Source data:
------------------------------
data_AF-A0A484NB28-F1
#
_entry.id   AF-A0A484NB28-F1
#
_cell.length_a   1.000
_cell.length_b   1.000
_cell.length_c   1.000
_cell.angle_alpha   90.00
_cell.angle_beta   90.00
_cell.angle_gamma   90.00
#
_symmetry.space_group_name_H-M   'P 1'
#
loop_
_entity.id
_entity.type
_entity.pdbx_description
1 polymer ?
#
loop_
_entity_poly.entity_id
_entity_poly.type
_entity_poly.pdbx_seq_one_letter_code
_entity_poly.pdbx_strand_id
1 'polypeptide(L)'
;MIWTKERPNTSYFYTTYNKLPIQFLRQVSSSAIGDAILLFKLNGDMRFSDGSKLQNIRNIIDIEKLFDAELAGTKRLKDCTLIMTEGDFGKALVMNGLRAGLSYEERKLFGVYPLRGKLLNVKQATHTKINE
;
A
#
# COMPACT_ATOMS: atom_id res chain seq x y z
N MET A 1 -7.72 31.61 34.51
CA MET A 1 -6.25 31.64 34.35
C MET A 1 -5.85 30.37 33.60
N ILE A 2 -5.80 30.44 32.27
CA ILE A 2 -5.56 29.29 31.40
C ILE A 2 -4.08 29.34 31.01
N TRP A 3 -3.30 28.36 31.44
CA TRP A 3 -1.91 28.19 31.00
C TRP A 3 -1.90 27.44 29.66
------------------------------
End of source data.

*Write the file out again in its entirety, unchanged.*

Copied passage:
data_AF-A0A484NB28-F1
#
_entry.id   AF-A0A484NB28-F1
#
_cell.length_a   1.000
_cell.length_b   1.000
_cell.length_c   1.000
_cell.angle_alpha   90.00
_cell.angle_beta   90.00
_cell.angle_gamma   90.00
#
_symmetry.space_group_name_H-M   'P 1'
#
loop_
_entity.id
_entity.type
_entity.pdbx_description
1 polymer ?
#
loop_
_entity_poly.entity_id
_entity_poly.type
_entity_poly.pdbx_seq_one_letter_code
_entity_poly.pdbx_strand_id
1 'polypeptide(L)'
;MIWTKERPNTSYFYTTYNKLPIQFLRQVSSSAIGDAILLFKLNGDMRFSDGSKLQNIRNIIDIEKLFDAELAGTKRLKDCTLIMTEGDFGKALVMNGLRAGLSYEERKLFGVYPLRGKLLNVKQATHTKINE
;
A
#
# COMPACT_ATOMS: atom_id res chain seq x y z
N MET A 1 -7.72 31.61 34.51
CA MET A 1 -6.25 31.64 34.35
C MET A 1 -5.85 30.37 33.60
N ILE A 2 -5.80 30.44 32.27
CA ILE A 2 -5.56 29.29 31.40
C ILE A 2 -4.08 29.34 31.01
N TRP A 3 -3.30 28.36 31.44
CA TRP A 3 -1.91 28.19 31.00
C TRP A 3 -1.90 27.44 29.66